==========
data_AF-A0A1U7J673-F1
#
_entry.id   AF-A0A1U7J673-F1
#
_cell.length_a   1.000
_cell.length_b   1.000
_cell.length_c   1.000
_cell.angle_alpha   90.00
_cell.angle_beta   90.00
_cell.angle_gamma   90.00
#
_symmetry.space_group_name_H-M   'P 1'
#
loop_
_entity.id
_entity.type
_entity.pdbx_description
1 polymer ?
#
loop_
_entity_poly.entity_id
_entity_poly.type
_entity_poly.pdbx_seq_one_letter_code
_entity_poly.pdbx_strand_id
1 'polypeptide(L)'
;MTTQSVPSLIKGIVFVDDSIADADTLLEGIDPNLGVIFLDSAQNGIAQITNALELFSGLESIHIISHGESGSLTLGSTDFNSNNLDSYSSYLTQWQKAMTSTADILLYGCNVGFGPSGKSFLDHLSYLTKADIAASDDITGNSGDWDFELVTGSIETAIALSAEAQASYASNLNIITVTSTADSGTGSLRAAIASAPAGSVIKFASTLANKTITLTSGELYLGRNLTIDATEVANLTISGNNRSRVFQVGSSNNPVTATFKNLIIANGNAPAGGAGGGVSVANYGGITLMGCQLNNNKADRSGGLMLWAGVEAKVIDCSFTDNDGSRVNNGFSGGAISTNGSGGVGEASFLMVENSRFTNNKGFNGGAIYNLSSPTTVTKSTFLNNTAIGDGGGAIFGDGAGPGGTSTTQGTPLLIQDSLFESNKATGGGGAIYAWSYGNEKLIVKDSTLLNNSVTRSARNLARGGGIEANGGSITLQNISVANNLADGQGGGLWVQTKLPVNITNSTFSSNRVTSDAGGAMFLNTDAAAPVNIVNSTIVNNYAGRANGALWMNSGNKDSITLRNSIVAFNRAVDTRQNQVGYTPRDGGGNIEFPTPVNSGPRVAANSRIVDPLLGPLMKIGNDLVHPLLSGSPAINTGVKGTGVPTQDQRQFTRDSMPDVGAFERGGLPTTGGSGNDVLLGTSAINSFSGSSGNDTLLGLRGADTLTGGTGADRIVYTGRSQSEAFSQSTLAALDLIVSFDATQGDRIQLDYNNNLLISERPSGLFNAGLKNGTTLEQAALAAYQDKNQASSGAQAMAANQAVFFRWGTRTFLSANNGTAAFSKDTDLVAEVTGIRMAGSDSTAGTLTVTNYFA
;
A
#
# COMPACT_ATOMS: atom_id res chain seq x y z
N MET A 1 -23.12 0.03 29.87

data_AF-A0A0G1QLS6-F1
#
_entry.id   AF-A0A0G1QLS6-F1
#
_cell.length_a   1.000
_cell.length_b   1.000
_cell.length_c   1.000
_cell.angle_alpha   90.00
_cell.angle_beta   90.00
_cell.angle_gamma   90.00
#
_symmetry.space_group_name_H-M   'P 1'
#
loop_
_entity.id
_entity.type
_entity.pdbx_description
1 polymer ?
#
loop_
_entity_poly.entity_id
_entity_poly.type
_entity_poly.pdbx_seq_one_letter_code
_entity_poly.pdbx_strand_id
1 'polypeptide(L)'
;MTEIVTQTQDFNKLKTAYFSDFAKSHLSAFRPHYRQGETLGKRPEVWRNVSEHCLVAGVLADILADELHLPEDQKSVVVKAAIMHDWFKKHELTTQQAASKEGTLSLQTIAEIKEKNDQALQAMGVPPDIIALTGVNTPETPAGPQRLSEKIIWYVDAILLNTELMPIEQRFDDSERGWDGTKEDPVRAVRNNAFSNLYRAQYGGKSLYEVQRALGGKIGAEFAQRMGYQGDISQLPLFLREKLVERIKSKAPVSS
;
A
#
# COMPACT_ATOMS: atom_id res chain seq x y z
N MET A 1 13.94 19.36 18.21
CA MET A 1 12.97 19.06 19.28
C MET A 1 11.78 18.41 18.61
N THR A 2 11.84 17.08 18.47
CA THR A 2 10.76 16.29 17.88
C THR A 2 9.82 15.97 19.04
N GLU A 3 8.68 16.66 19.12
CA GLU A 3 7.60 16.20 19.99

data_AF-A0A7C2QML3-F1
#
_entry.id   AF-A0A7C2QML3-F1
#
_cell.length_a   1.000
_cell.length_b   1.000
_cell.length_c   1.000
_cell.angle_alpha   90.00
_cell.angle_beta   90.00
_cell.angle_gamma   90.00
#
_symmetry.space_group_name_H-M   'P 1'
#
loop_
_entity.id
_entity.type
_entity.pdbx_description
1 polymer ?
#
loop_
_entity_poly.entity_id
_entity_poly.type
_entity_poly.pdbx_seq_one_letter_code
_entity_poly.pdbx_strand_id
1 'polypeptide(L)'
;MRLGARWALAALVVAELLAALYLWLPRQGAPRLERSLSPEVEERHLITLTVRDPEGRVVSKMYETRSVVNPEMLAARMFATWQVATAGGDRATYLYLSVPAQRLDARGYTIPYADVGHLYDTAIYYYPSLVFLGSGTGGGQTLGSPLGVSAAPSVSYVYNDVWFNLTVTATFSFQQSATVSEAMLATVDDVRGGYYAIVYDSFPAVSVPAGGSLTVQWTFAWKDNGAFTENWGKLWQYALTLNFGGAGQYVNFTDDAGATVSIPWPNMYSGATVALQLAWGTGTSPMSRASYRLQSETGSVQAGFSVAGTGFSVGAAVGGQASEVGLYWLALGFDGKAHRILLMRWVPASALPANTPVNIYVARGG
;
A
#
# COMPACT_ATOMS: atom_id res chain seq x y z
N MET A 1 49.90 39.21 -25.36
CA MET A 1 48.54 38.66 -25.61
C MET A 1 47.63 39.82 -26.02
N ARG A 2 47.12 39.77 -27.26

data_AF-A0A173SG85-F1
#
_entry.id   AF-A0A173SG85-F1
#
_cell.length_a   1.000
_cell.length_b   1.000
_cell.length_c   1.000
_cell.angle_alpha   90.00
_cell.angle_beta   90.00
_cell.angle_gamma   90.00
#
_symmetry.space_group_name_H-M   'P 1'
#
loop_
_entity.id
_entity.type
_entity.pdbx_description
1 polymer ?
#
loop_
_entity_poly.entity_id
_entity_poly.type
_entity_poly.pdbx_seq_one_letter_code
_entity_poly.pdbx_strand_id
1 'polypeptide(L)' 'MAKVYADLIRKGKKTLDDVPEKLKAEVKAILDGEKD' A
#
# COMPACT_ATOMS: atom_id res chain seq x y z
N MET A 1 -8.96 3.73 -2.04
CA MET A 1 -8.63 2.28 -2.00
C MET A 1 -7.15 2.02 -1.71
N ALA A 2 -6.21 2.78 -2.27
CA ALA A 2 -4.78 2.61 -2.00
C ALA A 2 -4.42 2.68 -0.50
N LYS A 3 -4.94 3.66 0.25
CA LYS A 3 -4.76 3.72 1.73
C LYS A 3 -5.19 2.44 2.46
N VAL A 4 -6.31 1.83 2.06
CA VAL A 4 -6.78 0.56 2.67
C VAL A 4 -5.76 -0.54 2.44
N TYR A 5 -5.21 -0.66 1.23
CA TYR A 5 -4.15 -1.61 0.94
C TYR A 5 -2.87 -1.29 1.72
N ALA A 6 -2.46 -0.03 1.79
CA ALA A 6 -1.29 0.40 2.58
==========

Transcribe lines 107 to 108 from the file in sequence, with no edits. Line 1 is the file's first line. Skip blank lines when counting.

#
_cell.length_a   1.000